Your second question – oh, about the intelligence agencies, I mean, from a Pakistani national security perspective, the Jihadi organizations have always been national assets. They’ve always been strategic assets that could be used to further Pakistan’s national goals and objectives in the region – in Afghanistan and India. So these – there are certainly still relationships amongst the intelligence agencies with certain members of these groups. There’s also – and I think this is really important to understand – there is a division – and this also gets back to the theme I mentioned about the sort of schizophrenia within the state – there’s a division in the mind of the Pakistani intelligence apparatus that some Taliban are good Taliban and some Taliban are bad Taliban.

Here’s the division: In South Waziristan, Baitullah Mehsud is, without doubt, in the minds of the Pakistani Government, a bad Taliban because he focuses most of his fighting efforts in Pakistan, whereas Maulvi Nazir, who is another militant commander in a different part of South Waziristan, is considered a good Taliban because he only is interested in fighting against the Americans and the Afghans in Afghanistan.

So, you know, I was talking to a Pakistani officer, a very senior general officer about a year ago. And we were talking about an incident that happened in South Waziristan in April of 2007 in which the local Taliban had kicked the foreign Uzbek al-Qaida elements out of their area. And the question was how – you know, how could they do this? There were reports – no, rumors – that the Pakistani army was helping them. And this general later told me that yes, that’s true, that we, the Pakistani military, were telling our soldiers to take off their uniforms, to wear local clothes, and to fight with the Taliban to push these foreign Uzbeks out of these – out of this area.

So you see that – I mean, these loyalties and – the loyalties and who is an ally and who is an enemy, and one ally today could be an enemy tomorrow. It’s very, very complex and very confusing. So I don’t – I think that the Pakistani army has severed some of its connections with these militant groups, but there are still some connections that remain.

QUESTION: My question is – you already mentioned Daniel Pearl, and you already also mentioned that there were news about (inaudible) also. Have you been following or were you following some security rules? Or how did you take care of (inaudible)?

MR. SCHMIDLE: Mostly – I mean, I didn’t – we met with the U.S. Embassy. After I had been there for about eight months, I had traveled into Baluchistan and had come back and had been – there had been intelligence agents that were stopping by my house and making threatening phone calls and asking our doorman, where’s Nicholas, who is Nicholas, what does he do, where is he from.

And so we got in touch with the Embassy and we asked them. And the Embassy security guy – we had a meeting and he said – he just sat there and he kept saying – he says – and it was my wife – my wife and I were sitting in front of him and he says, “I don’t know what to tell you guys.” He says, “I usually tell Americans that are in town, you know, to stay in their hotels. And you two are obviously not staying in your hotels.” (Laughter.) He said, “And you’re so far out in society. You’re so far, sort of, integrated into the society that -- ” he says, “I don’t know even know what.” And he – it was very – it was a very unhelpful and unproductive discussion.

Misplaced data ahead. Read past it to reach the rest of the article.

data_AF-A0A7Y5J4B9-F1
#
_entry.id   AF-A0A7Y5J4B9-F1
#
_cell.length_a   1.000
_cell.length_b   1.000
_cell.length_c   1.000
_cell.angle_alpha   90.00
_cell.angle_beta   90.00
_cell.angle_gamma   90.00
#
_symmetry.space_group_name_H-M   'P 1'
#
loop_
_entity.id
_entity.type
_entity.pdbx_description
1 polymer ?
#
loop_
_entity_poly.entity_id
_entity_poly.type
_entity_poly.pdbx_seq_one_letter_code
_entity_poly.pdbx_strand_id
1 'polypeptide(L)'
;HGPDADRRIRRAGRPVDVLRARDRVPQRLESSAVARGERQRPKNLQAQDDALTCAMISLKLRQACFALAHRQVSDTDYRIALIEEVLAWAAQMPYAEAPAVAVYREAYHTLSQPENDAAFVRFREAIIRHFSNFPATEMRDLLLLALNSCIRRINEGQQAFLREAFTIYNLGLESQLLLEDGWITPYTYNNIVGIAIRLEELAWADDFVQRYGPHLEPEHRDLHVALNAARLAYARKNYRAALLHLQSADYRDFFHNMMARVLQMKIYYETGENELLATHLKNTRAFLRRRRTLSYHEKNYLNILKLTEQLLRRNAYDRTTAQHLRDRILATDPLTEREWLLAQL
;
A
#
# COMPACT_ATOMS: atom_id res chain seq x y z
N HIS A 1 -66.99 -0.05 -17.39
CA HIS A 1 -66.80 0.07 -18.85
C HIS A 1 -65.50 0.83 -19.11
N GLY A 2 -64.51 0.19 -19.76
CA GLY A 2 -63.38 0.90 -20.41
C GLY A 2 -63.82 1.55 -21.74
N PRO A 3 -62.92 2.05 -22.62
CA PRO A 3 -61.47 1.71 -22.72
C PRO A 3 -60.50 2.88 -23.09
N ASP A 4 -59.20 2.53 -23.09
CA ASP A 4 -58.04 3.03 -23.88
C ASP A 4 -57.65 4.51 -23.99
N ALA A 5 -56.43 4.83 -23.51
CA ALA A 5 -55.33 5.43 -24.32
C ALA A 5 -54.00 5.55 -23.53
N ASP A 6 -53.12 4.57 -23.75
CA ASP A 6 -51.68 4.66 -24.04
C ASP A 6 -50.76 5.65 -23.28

But he – so I didn’t have really any – I mean, my security precautions were that I always traveled with a local journalist no matter where I was going. And so even if my Urdu was good enough for me to go – if I was in Karachi, even if my Urdu was good enough to – for me to go to a certain neighborhood and talk to someone, I usually always, 99 percent of the time, would bring a local journalist. Because then he could be another pair of eyes. He could be another sort of person to say, “You know what? We never drive down this road at night because this is a bad road,” or “We never go to this neighborhood before 5:00 p.m. because from 4:00 to 5:00 is when the drugs get dropped off,” I mean, these things that we as foreigners just never know.

And so there – on the time when I would receive these threatening phone calls, in fact, it was my local journalist friend who said some – he said, “This person who said he’s a government official is not a government official,” he said, “because that phone call was made by a cell phone. And government officials will never use a cell phone. They only use landlines.” I mean, I would have never known that, right? It was just something that – so it was that local knowledge that I think was so important. It’s not going to insulate you from violence, but it can help manage the risk, so --

QUESTION: My question is about a whole big trend, about – do you notice that (inaudible) allies can be enemies? And how much do you think that the Pakistani Government is a really ally of U.S.? And how much do you think that they just use them, use you, to battle the enemy? And then, you know, (inaudible) with Russians in former Czechoslovakia and nobody (inaudible) them, even of the communists.


QUESTION: So then, you know, you came to Pakistan and after 9/11 and you told then – not you, but the --


QUESTION: -- U.S. that they will be our allies or they will come in.


QUESTION: So how much can you trust such an ally which – like some friendship? Do you --

MR. SCHMIDLE: The terms of the friendship are certainly – it was only mutual consent in the strictest definition of the word. I mean, you’re right. This is a great point, and that is that – I mean, there is – there are people within the Pakistani security and intelligence establishments who, despite the fact that the president and the prime minister might say, might believe, might tell the country that we are friends with America, there are certainly still people in the intelligenc agencies who don’t believe that.